6 Sep 2018

In September's sweet spot (End of month view)

apple tree with fruit


If there's a month of the year that food growers need to be ready for, it's September. (Or August if you grow courgettes!) It's a month of plenty so hopefully we're all enjoying eating some of what we've grown and working out how to make the most of the rest. It's a busy time in the kitchen so, over the next few weeks, I'll be writing a few posts on how I'm using and storing what's ripe in my veg patch.


Freshly pulled bunch of white, yellow, orange and red baby carrots on a cloth

Hand holding a large freshly picked cob of sweetcorn, outer leaves pulled back to show the yellow kernels.

Small white pumpkin squash hanging on the vine

Clover like leaves of Oca next to purple radish flower

Pink strawberry flower

Small patch of wild violets

Cluster of raspberries on the stem in sunshine


So, hello Autumn. Like it or not, the summer's over, dusk is getting earlier and nights chillier. But, for this week at least, the weather here in London is currently in the sweet spot between the thunderstorms of August and the shorter chillier days of October.  Skies are sometimes blue, the sun is deliciously warm rather than baking hot and evenings are light until just before 8.00 pm - in short, perfect gardening weather.  I love these days and think that September might be my new favourite month of the year - lots to do but also lots to harvest. This is the time when all those jars I've carefully stored are brought down from the top of cupboards and used to bottle fruit and chutney, cakes and crumbles are made, the freezer will be filled and I'm seriously thinking about buying a dehydrator. What can I say? I love dried apple rings.

Having said that, I didn't think there would be much to show for my meagre gardening efforts this year - I'm so wimpy about gardening in the heat - but I'm surprised to find that there are daily pickings to be had for the kitchen - tomatoes (almost finished now), corn cobs, apples, pears, raspberries, onions, garlic, peppers, salad onions and salad leaves. There's even a few late sown tiny carrots and one or two strawberries. And I'm so in love with my tiny Baby Boo pumpkins, they're just so cute!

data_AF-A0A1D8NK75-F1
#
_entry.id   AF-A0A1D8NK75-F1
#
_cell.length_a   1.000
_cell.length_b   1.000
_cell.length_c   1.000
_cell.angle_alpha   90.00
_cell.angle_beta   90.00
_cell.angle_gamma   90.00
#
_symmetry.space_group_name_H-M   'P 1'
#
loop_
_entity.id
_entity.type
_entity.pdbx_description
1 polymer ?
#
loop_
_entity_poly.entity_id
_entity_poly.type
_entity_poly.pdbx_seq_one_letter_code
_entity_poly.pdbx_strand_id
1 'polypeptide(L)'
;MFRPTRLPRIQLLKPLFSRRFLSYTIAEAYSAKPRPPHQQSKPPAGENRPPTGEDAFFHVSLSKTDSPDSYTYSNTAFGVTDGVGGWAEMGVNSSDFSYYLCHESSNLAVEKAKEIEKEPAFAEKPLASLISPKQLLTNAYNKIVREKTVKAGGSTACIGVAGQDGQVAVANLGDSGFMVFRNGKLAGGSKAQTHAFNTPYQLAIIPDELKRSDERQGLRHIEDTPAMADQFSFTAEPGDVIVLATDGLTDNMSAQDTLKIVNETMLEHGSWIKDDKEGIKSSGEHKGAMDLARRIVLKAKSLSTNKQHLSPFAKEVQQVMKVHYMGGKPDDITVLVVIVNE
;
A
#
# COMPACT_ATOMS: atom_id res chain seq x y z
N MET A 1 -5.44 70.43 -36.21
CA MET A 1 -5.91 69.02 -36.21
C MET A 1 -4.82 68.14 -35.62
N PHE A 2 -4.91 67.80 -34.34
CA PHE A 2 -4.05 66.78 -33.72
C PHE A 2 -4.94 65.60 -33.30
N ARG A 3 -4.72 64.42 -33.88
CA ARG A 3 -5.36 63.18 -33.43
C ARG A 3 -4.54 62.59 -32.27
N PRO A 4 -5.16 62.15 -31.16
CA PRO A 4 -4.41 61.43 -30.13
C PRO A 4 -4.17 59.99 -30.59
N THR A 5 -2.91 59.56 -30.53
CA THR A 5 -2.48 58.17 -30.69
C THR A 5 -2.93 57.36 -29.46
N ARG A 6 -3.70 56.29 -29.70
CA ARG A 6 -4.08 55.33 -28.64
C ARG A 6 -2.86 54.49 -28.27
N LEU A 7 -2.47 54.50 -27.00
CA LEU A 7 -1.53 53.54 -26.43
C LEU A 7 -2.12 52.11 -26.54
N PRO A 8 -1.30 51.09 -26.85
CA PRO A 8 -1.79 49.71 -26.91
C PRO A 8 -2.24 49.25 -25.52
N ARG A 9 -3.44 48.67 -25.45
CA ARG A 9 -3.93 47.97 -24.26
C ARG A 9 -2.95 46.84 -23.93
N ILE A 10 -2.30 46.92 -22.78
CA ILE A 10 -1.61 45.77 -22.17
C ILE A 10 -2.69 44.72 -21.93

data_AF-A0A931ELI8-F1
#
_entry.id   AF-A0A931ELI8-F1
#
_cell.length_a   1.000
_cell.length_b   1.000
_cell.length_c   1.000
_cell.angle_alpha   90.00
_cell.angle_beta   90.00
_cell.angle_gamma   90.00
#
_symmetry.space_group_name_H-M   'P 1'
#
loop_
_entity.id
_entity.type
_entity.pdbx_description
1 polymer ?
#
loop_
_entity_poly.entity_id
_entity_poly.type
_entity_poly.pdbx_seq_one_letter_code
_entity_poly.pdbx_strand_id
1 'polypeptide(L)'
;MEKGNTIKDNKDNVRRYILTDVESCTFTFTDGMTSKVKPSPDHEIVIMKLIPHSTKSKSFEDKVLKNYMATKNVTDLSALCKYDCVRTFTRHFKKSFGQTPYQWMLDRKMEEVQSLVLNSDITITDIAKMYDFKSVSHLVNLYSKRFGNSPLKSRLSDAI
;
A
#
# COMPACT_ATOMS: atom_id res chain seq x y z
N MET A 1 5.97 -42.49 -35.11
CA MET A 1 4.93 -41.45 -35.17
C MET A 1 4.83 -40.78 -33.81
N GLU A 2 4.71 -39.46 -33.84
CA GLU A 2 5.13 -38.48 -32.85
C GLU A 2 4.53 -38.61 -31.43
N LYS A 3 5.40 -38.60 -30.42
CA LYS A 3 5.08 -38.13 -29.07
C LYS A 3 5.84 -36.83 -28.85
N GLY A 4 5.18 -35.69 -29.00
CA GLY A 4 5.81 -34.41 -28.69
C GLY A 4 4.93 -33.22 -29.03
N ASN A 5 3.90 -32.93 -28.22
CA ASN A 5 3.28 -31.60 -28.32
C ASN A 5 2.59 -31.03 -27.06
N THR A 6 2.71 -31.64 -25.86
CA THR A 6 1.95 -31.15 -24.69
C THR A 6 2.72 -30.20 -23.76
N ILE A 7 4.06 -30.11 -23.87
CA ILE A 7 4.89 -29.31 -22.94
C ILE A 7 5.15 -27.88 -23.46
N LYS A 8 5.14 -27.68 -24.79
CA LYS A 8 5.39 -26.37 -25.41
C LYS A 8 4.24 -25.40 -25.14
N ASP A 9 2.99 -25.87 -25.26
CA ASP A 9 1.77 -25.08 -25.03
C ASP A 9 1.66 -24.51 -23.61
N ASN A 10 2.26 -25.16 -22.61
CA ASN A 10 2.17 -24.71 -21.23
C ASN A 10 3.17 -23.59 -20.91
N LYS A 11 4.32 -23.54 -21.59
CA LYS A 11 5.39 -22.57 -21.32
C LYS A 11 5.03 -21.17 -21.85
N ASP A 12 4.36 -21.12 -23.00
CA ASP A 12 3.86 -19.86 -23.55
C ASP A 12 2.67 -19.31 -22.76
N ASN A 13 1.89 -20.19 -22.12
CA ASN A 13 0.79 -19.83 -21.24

The veg garden is in the grip of autumnal exuberance where everything is going a bit manic.  I have to bend past branches of autumn raspberries dripping with fruit unless I want berry stains all over my clothes, self-seeded achocha is vining its way through the surrounding fence, strawberry runners need potting up, the Cavolo kale has fallen over it's got so big and the ground is awash with seedlings of bee-enticing Verbena bonariensis, honeywort, feverfew, purple toadflax and poppies. (All self sown and they'll have to be relocated at some point I expect.) There's even a patch of tiny violets that's found its way over to the veg patch from a border ten feet away and is currently making me feel very happy!

I'm itching to tidy up the herb bed. Of the perennial herbs, chives have been cut back and are now reflowering (say whaaat?); oregano and thyme are looking very scruffy but they're covered with flowers, and therefore bees, which is a good thing;  and salad burnet seems to have multiplied profusely while I wasn't paying attention.  Ditto with the sorrel, which has already been cut back twice this year but continues to defy me with fresh green lemony leaves.  It's a plant that I grow for its baby leaves for salad but, as it grows vigorously, the baby leaves are easily missed so the death knell was sounding for this plant.  However ... I've just found a recipe for sorrel risotto - again, thanks totally wonderful local library - so a stay of execution could be on the cards. (If you're wondering why I don't grow parsley, mint, basil, etc - I do. But herbs I use daily are in pots on my balcony.)

I also grow lovage and sweet cicely in another border.  Both were cut back very recently and have already sent up new leaves which is great - they're both back on the menu after my recent visit to the kitchen garden at Raymond Blanc's Le Manoir.  Purple and ordinary green sage have been revived by lots of recent rain - I'll be sharing a few recipes for sage, including my guilty pleasure tipple of sage liqueur - it's delicious!

I'm working out what to do with an impressive amount of apples ... and pears too if I can find a way of getting them down from on high without bruising them. I'm thinking cake, first, but I quite like peeling and coring the apples, then freezing them for winter use; even with apples being so readily available in the shops, it feels like a treat to defrost apple chunks for crumbles, or stewed with cinnamon and topped with cream or custard. My only problem at the moment is that the fruit looks so gorgeous hanging on the tree that it seems a shame to pick it! I've probably taken hundreds of photographs of these apples over the years but they just keep getting better (the apples I mean, not the photos!).

So is that it for this year?  Not at all.  I'll leave the baby pumpkins until the foliage dies down, the corn cobs are still getting fatter with any rain that falls, purple sprouting broccoli were planted out in July so that I have veg next spring, kale is the gift that keeps on giving, I've counted twenty four quinces ripening and I'm growing oca for the first time which I'm quite excited about. I've not tasted oca before so I'm intrigued to try some.  I've read that the little (hopefully not too little!) tubers won't be ready until the foliage is killed off good and proper by frost ... like the nasturtiums ... and who knows when that will be!